Studio Tour: Keiji Inafune, legendary Mega Man creator, shows us his HQ

Comcept's CEO: "I only want to make games that are original..."

There's an air of secrecy as Comcept's PR staffer shows us around Keiji Inafune's new digs in Shinagawa, one of Tokyo's many bustling business districts. "Not many people have seen inside," she says. The last time we visited Comcept (and sister companies Intercept and Ding) back in January, Inafune - the brains behind Mega Man and Dead Rising - had a staff of 20 in a rented office on the, er, less good side of Shinagawa.


"There are about 25 of us now," he says. "We've got a bit bigger, but those are mostly support staff, working on things like web design and so on." Inafune also has an office in his native Osaka, but he spends about four days a week in the Shinagawa office. The main bulk of the tenth-floor space is split into two separate rooms, with Comcept and Intercept on one side, working diligently on Yaiba: Ninja Gaiden Z, Soul Sacrifice and countless other Inafune concepts, and mobile developer Ding on the other.

Between them is Inafune's office, kitted out with a desk ("I hardly ever sit at my desk - I'm always walking around, talking to people"), a PC ("I pretty much only use it to check Yahoo! Auctions") and a half-empty bookcase that holds what looks like a small shrine to Inafune himself, including a couple of hand fans decorated with his face ("Someone made that for me!").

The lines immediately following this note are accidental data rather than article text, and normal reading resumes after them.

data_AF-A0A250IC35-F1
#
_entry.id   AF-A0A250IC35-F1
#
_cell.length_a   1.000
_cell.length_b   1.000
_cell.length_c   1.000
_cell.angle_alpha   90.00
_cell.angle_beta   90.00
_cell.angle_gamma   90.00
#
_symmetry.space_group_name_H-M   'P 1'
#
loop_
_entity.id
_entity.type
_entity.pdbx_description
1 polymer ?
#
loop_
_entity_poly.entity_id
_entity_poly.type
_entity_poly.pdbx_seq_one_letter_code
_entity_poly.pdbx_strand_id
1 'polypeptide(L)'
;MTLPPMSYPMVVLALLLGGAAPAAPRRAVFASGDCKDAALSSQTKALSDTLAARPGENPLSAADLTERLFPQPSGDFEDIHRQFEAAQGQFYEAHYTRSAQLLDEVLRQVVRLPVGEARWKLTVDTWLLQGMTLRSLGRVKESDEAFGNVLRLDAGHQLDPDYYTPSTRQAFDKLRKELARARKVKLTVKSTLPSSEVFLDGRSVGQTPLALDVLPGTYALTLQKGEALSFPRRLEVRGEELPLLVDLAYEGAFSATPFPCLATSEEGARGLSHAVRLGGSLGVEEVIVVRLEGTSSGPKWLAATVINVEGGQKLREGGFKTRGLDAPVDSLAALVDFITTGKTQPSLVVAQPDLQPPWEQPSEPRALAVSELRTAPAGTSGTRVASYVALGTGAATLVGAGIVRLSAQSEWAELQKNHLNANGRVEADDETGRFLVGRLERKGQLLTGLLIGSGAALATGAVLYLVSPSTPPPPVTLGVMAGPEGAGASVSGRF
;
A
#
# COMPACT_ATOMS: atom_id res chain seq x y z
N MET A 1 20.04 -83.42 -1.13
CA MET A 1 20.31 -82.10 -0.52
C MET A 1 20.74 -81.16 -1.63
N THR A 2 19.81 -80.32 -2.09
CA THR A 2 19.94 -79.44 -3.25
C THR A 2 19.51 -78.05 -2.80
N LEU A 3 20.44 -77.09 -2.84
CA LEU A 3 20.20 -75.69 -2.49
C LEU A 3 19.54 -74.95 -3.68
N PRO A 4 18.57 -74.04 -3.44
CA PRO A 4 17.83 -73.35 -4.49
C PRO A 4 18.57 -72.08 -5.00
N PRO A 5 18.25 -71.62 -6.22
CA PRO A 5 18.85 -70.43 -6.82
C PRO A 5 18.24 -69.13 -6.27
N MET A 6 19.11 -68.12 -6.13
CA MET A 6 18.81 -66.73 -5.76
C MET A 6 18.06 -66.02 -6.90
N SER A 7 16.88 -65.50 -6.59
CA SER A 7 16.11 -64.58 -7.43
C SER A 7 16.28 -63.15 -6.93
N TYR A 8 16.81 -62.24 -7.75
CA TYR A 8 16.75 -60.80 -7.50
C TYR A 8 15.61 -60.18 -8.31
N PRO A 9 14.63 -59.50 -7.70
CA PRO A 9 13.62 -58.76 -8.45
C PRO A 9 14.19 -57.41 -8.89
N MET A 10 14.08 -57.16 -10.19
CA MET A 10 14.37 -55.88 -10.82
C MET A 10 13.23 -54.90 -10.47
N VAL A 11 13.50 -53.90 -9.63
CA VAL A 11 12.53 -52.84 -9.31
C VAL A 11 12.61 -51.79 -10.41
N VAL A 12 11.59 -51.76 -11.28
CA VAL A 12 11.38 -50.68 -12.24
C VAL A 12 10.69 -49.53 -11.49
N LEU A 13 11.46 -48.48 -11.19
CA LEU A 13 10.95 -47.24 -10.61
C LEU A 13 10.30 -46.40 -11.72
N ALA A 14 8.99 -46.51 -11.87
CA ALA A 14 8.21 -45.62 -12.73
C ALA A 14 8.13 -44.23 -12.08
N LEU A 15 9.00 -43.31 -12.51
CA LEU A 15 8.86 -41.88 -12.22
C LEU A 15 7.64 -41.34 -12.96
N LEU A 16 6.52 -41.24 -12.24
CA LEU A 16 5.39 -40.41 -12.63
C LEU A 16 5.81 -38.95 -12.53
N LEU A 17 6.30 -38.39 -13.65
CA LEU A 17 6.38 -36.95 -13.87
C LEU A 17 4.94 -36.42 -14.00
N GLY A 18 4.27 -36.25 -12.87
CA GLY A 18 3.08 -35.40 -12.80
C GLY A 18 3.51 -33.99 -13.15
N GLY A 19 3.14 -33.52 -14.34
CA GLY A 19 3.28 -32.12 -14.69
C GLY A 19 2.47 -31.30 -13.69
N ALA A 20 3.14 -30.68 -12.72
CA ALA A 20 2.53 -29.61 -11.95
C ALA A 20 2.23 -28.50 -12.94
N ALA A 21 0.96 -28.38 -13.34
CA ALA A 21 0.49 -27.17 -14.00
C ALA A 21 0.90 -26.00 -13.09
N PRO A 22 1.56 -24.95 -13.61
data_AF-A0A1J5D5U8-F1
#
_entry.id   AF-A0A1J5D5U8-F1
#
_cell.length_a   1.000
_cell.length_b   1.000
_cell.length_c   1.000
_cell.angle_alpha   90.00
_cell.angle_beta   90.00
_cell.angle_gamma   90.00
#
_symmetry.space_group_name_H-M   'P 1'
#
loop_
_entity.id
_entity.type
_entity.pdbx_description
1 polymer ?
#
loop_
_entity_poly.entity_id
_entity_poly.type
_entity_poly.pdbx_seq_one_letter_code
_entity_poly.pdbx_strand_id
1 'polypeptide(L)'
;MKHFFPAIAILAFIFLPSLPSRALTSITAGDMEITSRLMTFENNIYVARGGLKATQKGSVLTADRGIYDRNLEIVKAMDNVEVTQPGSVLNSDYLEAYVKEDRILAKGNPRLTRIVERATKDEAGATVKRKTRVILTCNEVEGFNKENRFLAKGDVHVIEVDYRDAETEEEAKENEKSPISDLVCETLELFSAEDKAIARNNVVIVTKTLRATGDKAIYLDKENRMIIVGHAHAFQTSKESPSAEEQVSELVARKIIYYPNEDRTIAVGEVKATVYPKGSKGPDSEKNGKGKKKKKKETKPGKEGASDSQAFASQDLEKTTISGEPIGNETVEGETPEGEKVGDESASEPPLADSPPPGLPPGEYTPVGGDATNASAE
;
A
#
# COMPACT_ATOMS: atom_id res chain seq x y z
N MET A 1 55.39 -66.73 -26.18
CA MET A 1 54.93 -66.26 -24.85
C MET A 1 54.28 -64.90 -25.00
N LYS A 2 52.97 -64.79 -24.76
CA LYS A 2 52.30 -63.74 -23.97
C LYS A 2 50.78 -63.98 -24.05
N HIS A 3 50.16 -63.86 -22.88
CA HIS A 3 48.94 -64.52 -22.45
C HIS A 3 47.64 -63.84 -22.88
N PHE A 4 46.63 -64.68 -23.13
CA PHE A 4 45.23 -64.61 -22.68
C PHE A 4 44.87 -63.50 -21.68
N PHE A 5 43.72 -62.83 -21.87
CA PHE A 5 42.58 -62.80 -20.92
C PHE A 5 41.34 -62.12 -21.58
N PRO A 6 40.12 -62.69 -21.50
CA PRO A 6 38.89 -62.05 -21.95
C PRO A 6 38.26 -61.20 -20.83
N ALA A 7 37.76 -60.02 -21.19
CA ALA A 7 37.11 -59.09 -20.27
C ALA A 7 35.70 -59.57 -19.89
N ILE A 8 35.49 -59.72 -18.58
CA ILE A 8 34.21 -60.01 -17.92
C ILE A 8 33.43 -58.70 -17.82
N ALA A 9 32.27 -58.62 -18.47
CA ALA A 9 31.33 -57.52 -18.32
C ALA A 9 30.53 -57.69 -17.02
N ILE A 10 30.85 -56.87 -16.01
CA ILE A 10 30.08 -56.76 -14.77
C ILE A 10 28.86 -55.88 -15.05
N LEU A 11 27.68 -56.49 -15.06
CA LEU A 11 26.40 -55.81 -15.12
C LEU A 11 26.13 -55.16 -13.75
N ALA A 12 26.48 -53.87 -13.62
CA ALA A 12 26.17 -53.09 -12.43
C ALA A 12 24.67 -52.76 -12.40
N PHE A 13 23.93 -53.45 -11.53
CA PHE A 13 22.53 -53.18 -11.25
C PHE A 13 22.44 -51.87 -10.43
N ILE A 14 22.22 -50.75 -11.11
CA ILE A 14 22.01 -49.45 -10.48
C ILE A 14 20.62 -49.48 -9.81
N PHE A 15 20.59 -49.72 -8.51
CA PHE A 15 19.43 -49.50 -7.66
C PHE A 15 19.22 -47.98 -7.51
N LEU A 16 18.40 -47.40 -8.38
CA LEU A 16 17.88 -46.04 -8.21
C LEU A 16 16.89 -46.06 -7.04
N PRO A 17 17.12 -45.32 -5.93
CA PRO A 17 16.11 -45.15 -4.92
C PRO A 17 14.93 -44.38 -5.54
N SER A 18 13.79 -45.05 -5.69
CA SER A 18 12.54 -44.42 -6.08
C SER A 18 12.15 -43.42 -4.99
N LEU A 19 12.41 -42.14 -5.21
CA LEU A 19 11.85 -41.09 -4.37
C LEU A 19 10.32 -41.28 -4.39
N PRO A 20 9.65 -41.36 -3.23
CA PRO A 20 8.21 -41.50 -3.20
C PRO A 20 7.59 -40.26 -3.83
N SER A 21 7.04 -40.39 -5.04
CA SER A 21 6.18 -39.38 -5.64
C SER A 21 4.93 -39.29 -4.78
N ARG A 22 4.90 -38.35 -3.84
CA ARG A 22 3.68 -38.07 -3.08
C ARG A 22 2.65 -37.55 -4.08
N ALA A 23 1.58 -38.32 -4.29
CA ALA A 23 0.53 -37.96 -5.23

In the reception room, near the elevator, a TV screen shows an endless loop of trailers for Yaiba and 3DS game KAIO: King Of Pirates. A display case holds framed artwork for some of Comcept's games - including J.J. Rockets, a smartphone game made by many of the Mega Man team - and Inafune's four books. The first three are business inspiration books (How To Make A Megahit Product 100 Million People Will Buy, and so on), while the supernatural murder-mystery novel REM is written by Mizuru Nito and based on an Inafune concept that could just as easily have become a game instead.


"It's a great building," says Inafune, taking in the curved walls and bright strip lighting. "Also, it's a two-minute walk from Sony." Comcept does not operate a full development studio. Instead it farms out concepts to other developers, one of which is Sony (on Soul Sacrifice). Ninja-zombie scrapper Yaiba, meanwhile, is being made in collaboration with Team Ninja in Tokyo and Lost Planet 3 dev Spark Unlimited in California. Shortly before our visit, he'd been to see them. "I helped bring a lot of Western developers on board when I was at Capcom, and when I left, so did many of those developers," says Inafune. "Spark Unlimited were one of the few that stuck around, which to me proved their resilience."

As for the secret details of Yaiba, Inafune is painting in broad strokes. "Yaiba will feature slow shambling zombies and also fast ones. But it's not just zombies; there are ninjas and mechs too. It'll be as satisfying to play as a Ninja game, but like in Left 4 Dead there will be all kinds of zombies. I only want to make games that are original, and if it can be original while also featuring well-known IP like Ninja Gaiden, that's even better."